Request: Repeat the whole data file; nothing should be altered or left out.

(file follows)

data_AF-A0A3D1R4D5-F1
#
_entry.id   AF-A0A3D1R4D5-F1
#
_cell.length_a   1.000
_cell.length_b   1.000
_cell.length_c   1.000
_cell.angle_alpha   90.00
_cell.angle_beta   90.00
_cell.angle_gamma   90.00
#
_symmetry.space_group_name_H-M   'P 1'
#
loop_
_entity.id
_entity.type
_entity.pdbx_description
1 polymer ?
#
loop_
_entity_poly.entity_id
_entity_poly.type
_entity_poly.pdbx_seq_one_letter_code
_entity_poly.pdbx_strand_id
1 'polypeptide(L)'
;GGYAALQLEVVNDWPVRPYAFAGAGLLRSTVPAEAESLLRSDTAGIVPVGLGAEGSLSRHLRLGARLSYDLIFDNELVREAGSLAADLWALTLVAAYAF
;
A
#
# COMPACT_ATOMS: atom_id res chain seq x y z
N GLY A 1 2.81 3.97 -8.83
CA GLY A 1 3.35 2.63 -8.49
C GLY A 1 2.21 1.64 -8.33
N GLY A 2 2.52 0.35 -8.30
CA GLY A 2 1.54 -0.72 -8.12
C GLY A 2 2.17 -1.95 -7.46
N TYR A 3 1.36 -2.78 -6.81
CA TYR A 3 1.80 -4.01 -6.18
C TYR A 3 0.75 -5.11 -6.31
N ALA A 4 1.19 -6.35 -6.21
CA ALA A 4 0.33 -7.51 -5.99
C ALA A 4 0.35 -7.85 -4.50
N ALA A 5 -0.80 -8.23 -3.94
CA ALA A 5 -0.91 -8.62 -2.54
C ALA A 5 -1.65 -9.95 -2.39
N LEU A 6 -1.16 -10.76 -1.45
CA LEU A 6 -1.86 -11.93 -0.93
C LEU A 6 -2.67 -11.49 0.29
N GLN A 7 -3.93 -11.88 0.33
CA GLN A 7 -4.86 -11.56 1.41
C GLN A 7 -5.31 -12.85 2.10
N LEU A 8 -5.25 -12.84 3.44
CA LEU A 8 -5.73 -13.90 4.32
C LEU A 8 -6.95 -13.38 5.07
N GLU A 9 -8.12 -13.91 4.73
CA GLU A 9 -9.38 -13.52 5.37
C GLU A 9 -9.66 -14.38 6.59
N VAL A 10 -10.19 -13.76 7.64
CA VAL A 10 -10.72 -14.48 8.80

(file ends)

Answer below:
data_AF-A0A3D1R4D5-F1
#
_entry.id   AF-A0A3D1R4D5-F1
#
_cell.length_a   1.000
_cell.length_b   1.000
_cell.length_c   1.000
_cell.angle_alpha   90.00
_cell.angle_beta   90.00
_cell.angle_gamma   90.00
#
_symmetry.space_group_name_H-M   'P 1'
#
loop_
_entity.id
_entity.type
_entity.pdbx_description
1 polymer ?
#
loop_
_entity_poly.entity_id
_entity_poly.type
_entity_poly.pdbx_seq_one_letter_code
_entity_poly.pdbx_strand_id
1 'polypeptide(L)'
;GGYAALQLEVVNDWPVRPYAFAGAGLLRSTVPAEAESLLRSDTAGIVPVGLGAEGSLSRHLRLGARLSYDLIFDNELVREAGSLAADLWALTLVAAYAF
;
A
#
# COMPACT_ATOMS: atom_id res chain seq x y z
N GLY A 1 2.81 3.97 -8.83
CA GLY A 1 3.35 2.63 -8.49
C GLY A 1 2.21 1.64 -8.33
N GLY A 2 2.52 0.35 -8.30
CA GLY A 2 1.54 -0.72 -8.12
C GLY A 2 2.17 -1.95 -7.46
N TYR A 3 1.36 -2.78 -6.81
CA TYR A 3 1.80 -4.01 -6.18
C TYR A 3 0.75 -5.11 -6.31
N ALA A 4 1.19 -6.35 -6.21
CA ALA A 4 0.33 -7.51 -5.99
C ALA A 4 0.35 -7.85 -4.50
N ALA A 5 -0.80 -8.23 -3.94
CA ALA A 5 -0.91 -8.62 -2.54
C ALA A 5 -1.65 -9.95 -2.39
N LEU A 6 -1.16 -10.76 -1.45
CA LEU A 6 -1.86 -11.93 -0.93
C LEU A 6 -2.67 -11.49 0.29
N GLN A 7 -3.93 -11.88 0.33
CA GLN A 7 -4.86 -11.56 1.41
C GLN A 7 -5.31 -12.85 2.10
N LEU A 8 -5.25 -12.84 3.44
CA LEU A 8 -5.73 -13.90 4.32
C LEU A 8 -6.95 -13.38 5.07
N GLU A 9 -8.12 -13.91 4.73
CA GLU A 9 -9.38 -13.52 5.37
C GLU A 9 -9.66 -14.38 6.59
N VAL A 10 -10.19 -13.76 7.64
CA VAL A 10 -10.72 -14.48 8.80